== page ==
My Life: Interview with Makoto Kitanishi, political scientist, Part 9

Turmoil in movement

by Masami Nishimoto, Senior Staff Writer

Opposition to “exclusion theory”

The turmoil in the ban-the-bomb movement, which had begun as a grass-roots effort, grew worse as a result of the struggle between the leaders of the Socialist and Communist parties over whether or not to oppose nuclear tests by all nations. This issue was difficult for those not involved to understand.

The stance of the Socialist Party and the General Council of Trade Unions was to oppose nuclear tests by any country, whereas the Communist Party regarded nuclear tests by socialist countries as a defensive measure. This conflict also represented a difference in their political agendas in terms of presenting a united front. The Socialist Party had consistently been passive with regard to presenting a united front with the Communist Party. Then the Socialist Party faction, which represented a majority of the leadership of the Japan Council against Atomic and Hydrogen Bombs (Japan Gensuikyo), issued a declaration on February 21, 1963 stating that opposition to nuclear tests by any country would be made a principle of the organization, and through a vote of the majority they resolved that anyone opposed would no longer be allowed to participate in the organization.

The ban-the-bomb movement had grown as a people’s movement, so I felt it was fine to have various different ideas. But I thought that making opposition to tests by any country a principle was an “exclusion theory.” A conflict arose in the Hiroshima Council against Atomic and Hydrogen Bombs (Hiroshima Gensuikyo) with those who felt that it was only natural for members of the Communist faction to be excluded. I accepted the post of vice secretary-general of the Hiroshima Gensuikyo when they switched from an executive director system to a representative committee system.

(In July 1962) six people, including Ichiro Moritaki, Kiyoshi Sakuma, Manso Hamamoto and Hiroshima Mayor Shinso Hamai, were elected members of the representative committee. Mitsuru Ito (professor in Hiroshima University’s Faculty of Politics and Economics) was the secretary-general. I wondered why I was selected just as the conflict between the Socialist and Communist parties was becoming apparent. It must have been on Mr. Sakuma’s recommendation. He wasn’t a member of the Communist Party, but he was a sympathizer.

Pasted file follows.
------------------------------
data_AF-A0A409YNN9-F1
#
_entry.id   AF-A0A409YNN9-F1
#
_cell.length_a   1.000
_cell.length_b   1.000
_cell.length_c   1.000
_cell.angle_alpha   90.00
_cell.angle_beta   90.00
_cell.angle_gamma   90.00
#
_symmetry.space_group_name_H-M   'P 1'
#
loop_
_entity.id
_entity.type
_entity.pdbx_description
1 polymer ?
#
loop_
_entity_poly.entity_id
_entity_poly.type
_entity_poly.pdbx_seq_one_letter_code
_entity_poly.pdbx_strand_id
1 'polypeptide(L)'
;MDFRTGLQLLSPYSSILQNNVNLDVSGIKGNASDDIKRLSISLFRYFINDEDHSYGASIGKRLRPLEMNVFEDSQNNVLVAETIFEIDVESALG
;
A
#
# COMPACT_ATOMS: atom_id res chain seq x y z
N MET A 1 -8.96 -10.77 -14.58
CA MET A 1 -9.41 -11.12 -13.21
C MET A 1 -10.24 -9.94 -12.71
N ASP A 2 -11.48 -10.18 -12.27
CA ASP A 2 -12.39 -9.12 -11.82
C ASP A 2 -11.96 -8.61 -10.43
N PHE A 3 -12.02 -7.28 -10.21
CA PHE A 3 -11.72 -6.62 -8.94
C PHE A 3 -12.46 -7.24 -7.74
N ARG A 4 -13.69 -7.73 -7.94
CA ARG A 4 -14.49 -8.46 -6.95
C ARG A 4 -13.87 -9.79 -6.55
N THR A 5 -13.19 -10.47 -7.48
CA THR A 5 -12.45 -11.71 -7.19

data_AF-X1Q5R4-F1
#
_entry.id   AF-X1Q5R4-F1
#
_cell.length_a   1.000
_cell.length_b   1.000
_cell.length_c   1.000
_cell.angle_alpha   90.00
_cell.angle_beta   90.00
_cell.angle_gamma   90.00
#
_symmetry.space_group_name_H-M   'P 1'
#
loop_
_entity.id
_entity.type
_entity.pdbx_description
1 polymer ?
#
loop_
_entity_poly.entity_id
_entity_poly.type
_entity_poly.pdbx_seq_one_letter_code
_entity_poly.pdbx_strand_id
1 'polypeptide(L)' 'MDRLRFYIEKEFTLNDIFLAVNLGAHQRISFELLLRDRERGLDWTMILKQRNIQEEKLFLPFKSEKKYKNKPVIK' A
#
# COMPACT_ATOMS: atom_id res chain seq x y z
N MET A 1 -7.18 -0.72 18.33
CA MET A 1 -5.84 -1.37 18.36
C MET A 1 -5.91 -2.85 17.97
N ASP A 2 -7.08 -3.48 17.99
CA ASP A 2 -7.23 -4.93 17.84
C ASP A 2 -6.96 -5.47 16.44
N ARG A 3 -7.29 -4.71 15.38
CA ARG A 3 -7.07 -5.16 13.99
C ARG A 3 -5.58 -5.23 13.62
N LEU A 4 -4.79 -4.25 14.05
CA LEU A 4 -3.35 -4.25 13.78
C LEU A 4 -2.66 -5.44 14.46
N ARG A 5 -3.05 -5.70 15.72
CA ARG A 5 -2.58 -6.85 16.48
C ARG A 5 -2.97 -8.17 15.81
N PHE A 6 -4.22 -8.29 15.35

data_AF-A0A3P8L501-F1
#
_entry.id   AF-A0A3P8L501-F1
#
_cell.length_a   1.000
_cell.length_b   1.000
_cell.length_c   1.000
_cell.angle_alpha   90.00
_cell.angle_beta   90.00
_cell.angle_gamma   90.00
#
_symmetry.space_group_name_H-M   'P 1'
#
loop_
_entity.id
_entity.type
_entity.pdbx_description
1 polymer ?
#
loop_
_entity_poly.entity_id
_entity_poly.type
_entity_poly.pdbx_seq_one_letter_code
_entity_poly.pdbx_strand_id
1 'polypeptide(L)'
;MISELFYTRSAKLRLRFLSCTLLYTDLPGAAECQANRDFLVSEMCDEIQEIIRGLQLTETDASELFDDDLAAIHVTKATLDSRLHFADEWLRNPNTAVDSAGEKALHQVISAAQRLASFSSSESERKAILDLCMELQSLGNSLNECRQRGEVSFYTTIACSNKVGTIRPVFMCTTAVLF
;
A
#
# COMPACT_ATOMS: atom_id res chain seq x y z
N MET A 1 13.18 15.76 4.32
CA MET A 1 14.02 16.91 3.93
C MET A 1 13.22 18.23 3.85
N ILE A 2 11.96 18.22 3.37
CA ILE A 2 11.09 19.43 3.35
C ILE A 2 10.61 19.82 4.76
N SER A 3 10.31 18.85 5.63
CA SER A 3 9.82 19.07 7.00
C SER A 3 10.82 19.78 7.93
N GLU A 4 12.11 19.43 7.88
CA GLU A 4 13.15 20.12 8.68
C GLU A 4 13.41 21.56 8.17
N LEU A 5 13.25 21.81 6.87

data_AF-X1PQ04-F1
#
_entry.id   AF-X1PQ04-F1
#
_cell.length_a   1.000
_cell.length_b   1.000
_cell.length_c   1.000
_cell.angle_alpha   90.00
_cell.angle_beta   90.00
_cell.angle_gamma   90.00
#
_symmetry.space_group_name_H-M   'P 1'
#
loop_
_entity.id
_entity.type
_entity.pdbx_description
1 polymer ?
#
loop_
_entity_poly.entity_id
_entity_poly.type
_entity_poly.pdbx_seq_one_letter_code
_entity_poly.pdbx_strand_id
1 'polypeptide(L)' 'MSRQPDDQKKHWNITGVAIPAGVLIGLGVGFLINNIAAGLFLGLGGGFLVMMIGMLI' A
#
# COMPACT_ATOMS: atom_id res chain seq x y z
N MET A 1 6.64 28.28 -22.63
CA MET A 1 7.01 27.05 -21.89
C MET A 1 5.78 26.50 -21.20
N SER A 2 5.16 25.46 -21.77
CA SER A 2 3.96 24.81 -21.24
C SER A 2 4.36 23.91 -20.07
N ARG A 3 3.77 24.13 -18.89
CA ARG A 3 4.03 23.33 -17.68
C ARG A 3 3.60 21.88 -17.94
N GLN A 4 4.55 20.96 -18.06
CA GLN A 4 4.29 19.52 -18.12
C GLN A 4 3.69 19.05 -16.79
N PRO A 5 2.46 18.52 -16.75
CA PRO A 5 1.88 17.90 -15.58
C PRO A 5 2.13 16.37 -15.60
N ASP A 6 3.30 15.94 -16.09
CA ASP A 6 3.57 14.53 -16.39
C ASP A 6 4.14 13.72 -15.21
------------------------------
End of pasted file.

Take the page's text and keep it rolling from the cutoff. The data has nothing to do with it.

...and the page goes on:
At the meeting Mr. Hamamoto (then chair of the prefectural labor union council) said, “I am here representing 120,000 union members.” I only had my wife and son, and I wasn’t even sure whose side they were on. But I couldn’t allow him to intimidate me, and we got into a big argument.

Usually the Japan Gensuikyo treated big organizations and individuals the same, and their finances came almost entirely from the fees paid to participate in the World Conference against Atomic & Hydrogen Bombs. It was a unique organization with a structure unlike that of a labor union.

At the 9th World Conference in 1963 the leaders of the Socialist and Communist factions were locked in dispute, and there were repeated changes regarding who would run the conference right up until the opening session on August 5.

I told Mr. Sakuma it was clear there would be a split if nothing was done and urged him to issue a declaration to keep that from happening. I said, “Destroying unity will violate the will of the people of Japan who have supported the ban-the-bomb movement.” I drafted the declaration of the Society of Academics (issued by 13 members on August 3). Mr. Moritaki and Mr. Ito weren’t there at the time, but they approved.

(Originally published on April 19, 2013)